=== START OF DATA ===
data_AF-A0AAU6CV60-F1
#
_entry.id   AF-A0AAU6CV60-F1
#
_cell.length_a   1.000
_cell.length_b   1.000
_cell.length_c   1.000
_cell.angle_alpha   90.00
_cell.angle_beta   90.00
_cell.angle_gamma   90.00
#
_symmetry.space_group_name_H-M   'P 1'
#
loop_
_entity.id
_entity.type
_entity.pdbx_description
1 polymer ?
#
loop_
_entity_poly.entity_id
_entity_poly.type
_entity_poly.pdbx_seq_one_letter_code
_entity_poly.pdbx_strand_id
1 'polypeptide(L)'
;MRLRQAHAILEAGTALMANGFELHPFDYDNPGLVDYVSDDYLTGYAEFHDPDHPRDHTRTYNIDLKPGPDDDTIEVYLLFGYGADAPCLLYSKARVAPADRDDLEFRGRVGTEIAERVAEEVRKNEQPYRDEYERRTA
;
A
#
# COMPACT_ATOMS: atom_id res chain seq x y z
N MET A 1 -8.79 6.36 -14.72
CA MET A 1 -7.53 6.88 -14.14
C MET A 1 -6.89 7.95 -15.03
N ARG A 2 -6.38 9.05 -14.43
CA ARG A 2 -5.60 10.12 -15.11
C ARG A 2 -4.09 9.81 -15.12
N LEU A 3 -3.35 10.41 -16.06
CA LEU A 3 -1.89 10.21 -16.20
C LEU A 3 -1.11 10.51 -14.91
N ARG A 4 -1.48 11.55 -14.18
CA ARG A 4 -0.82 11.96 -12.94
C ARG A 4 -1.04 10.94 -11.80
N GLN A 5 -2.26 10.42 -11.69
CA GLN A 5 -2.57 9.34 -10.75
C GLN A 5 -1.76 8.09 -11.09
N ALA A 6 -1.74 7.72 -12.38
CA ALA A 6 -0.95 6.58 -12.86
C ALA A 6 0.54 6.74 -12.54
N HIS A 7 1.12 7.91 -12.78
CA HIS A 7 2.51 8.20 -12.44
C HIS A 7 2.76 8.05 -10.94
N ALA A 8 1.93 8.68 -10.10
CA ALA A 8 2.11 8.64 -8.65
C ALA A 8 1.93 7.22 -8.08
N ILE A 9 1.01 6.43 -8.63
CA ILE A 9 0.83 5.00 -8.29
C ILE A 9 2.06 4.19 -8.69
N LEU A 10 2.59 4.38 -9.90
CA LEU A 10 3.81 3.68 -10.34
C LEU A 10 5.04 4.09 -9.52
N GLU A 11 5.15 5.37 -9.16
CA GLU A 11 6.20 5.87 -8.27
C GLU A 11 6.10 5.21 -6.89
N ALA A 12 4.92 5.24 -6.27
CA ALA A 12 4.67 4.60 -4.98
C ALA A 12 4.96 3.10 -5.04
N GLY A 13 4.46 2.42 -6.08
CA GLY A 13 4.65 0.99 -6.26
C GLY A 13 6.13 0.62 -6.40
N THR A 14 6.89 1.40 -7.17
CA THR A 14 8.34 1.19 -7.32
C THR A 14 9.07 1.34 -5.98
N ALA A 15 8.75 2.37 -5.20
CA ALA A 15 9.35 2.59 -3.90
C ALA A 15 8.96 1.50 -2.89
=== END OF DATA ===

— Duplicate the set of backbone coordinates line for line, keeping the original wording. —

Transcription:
data_AF-A0AAU6CV60-F1
#
_entry.id   AF-A0AAU6CV60-F1
#
_cell.length_a   1.000
_cell.length_b   1.000
_cell.length_c   1.000
_cell.angle_alpha   90.00
_cell.angle_beta   90.00
_cell.angle_gamma   90.00
#
_symmetry.space_group_name_H-M   'P 1'
#
loop_
_entity.id
_entity.type
_entity.pdbx_description
1 polymer ?
#
loop_
_entity_poly.entity_id
_entity_poly.type
_entity_poly.pdbx_seq_one_letter_code
_entity_poly.pdbx_strand_id
1 'polypeptide(L)'
;MRLRQAHAILEAGTALMANGFELHPFDYDNPGLVDYVSDDYLTGYAEFHDPDHPRDHTRTYNIDLKPGPDDDTIEVYLLFGYGADAPCLLYSKARVAPADRDDLEFRGRVGTEIAERVAEEVRKNEQPYRDEYERRTA
;
A
#
# COMPACT_ATOMS: atom_id res chain seq x y z
N MET A 1 -8.79 6.36 -14.72
CA MET A 1 -7.53 6.88 -14.14
C MET A 1 -6.89 7.95 -15.03
N ARG A 2 -6.38 9.05 -14.43
CA ARG A 2 -5.60 10.12 -15.11
C ARG A 2 -4.09 9.81 -15.12
N LEU A 3 -3.35 10.41 -16.06
CA LEU A 3 -1.89 10.21 -16.20
C LEU A 3 -1.11 10.51 -14.91
N ARG A 4 -1.48 11.55 -14.18
CA ARG A 4 -0.82 11.96 -12.94
C ARG A 4 -1.04 10.94 -11.80
N GLN A 5 -2.26 10.42 -11.69
CA GLN A 5 -2.57 9.34 -10.75
C GLN A 5 -1.76 8.09 -11.09
N ALA A 6 -1.74 7.72 -12.38
CA ALA A 6 -0.95 6.58 -12.86
C ALA A 6 0.54 6.74 -12.54
N HIS A 7 1.12 7.91 -12.78
CA HIS A 7 2.51 8.20 -12.44
C HIS A 7 2.76 8.05 -10.94
N ALA A 8 1.93 8.68 -10.10
CA ALA A 8 2.11 8.64 -8.65
C ALA A 8 1.93 7.22 -8.08
N ILE A 9 1.01 6.43 -8.63
CA ILE A 9 0.83 5.00 -8.29
C ILE A 9 2.06 4.19 -8.69
N LEU A 10 2.59 4.38 -9.90
CA LEU A 10 3.81 3.68 -10.34
C LEU A 10 5.04 4.09 -9.52
N GLU A 11 5.15 5.37 -9.16
CA GLU A 11 6.20 5.87 -8.27
C GLU A 11 6.10 5.21 -6.89
N ALA A 12 4.92 5.24 -6.27
CA ALA A 12 4.67 4.60 -4.98
C ALA A 12 4.96 3.10 -5.04
N GLY A 13 4.46 2.42 -6.08
CA GLY A 13 4.65 0.99 -6.26
C GLY A 13 6.13 0.62 -6.40
N THR A 14 6.89 1.40 -7.17
CA THR A 14 8.34 1.19 -7.32
C THR A 14 9.07 1.34 -5.98
N ALA A 15 8.75 2.37 -5.20
CA ALA A 15 9.35 2.59 -3.90
C ALA A 15 8.96 1.50 -2.89